California’s Bay Area is a sprawling megalopolis of more than 7.5 million people. Its overlapping complex of local governments and public authorities collect and spend tens of billions of dollars yearly. Many of the state’s top offices, courts, and regulatory agencies are located here. They decide on important stuff like energy policy and consumer law. And the Bay Area is host to hundreds of major corporations, including the fourth largest bank in the U.S., most of the largest Internet and biotechnology companies, and the ninth largest oil company in the world.
What happens in the Bay Area, be it technological advances in computing and medicine, or new laws governing property rights and taxation, influences the direction of not only other states east of us, but in fact the entire world. This place is a global epicenter of change.
That means that California’s Bay Area is a political battleground of the highest stakes, and the conflicts here will reverberate around the planet. Labor vs. capital. Immigration. Corporations and the environment. Racial and gender inequalities. Taxes and the social safety net. Policing and surveillance. Public education and its privatization.
A lot happens here, and it’s important that the Bay Area’s centers of power be investigated and held accountable.
But this just isn’t happening. Unfortunately there’s too few actual journalists in the Bay Area these days to keep track of all the changes, and peel back the layers of government and corporate activity. Sure, everyday there’s a flood of new information on the Internet, and even in print, about the latest government scandal, the big money trying to buy a vote or shape a policy, about the wrongdoing of companies, or disturbing environmental crises that are intensifying around us. Stepping back, however, and taking in the whole offering of journalism written here in the Bay Area, about what’s going on in this place, one can’t help but be disappointed. Contemporary journalism about this place is disjoint, and missing a lot. In particular there’s an absence of deeper investigative work examining changes in the economy, and the new inequalities that are being concretized.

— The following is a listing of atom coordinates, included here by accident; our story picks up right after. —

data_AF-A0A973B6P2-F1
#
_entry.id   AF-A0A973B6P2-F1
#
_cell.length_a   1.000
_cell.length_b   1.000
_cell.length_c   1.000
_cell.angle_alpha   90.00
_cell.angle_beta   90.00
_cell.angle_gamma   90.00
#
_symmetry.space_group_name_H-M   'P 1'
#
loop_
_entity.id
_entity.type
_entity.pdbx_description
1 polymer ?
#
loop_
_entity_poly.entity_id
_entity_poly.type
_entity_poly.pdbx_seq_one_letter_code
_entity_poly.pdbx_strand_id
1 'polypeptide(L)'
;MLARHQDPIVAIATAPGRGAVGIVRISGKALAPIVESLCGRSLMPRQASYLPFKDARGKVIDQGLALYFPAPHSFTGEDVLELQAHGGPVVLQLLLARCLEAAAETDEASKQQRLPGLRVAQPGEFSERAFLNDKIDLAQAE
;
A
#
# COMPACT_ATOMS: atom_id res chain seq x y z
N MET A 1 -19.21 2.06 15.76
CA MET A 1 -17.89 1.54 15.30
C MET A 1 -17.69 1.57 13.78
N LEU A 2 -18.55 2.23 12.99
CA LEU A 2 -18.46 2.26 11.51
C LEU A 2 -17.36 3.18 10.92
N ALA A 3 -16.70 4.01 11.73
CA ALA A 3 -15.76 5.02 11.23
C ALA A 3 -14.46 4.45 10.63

Why is this?
Part of the answer is that journalism as an independent profession continues to be hollowed out. Of course the newspapers and magazines of the pre-Internet age were deeply flawed, and the media has never been an oppositional institution. But in prior eras there was a press corps, and for all their flaws and biases the reporters and editors were many in number, enough so that more than a few muckrakers could find institutional bases from which to do work that requires deep digging, perseverance, and a living wage. Plenty of people could make careers by telling stories about abuses of power by wealthy capitalist interests, or the malfeasance of politicians and bureaucrats. Not anymore.
And it’s getting worse. Over the next six years the number of reporters and editors employed in California will continue to drop. There’s already only about 4,600 reporters in California. Many of them work for trade publications, or they write about art, film, music, food. Those are worthy and interesting subjects, but without politics a newspaper becomes Sunset Magazine. Without political content a media outlet is entertainment. It no longer serves a public purpose. Who knows what the actual number is of reporters who are trying to investigate and write about society and politics with a critical eye to power? It’s probably a fraction of 4,600.
What’s really disturbing is that the overall number of people employed in the media industry in California is growing, but these jobs are focused on producing entertainment and advertisements. But worst of all is where all the former journalists are heading: the public relations industry. Again, there’s only about 4,600 actual reporters in California, and the number focused on politics is much smaller, but the state’s public relations industry has over 23,000 jobs. These are full time jobs crafting stories that valorize powerful interests. These are jobs at the big banks, the big oil companies, and inside the halls of government. These are jobs with the boutique PR firms of the Bay Area that are hired at exorbitant rates by companies and governments to handle crises, or to produce slick PR campaigns. These are jobs producing phoney news web sites that tow the line of corporate giants. What does it say about our society that for every reporter there are five or more PR specialists out there putting their spin on information?
According to the state’s Economic Development Department, between 2010 and 2020 the public relations industry in California will add 5,000 more “specialist” jobs. That’s 5,000 more full time spinners managing the flow and content of information about governments and corporations. That’s 5,000 additional PR jobs, more jobs added in the PR industry than there are total reporter jobs existing. Meanwhile the number of jobs for reporters, for those who are trying to eke out a somewhat independent role digging up information and telling stories about power and politics, are projected to continue slowly declining.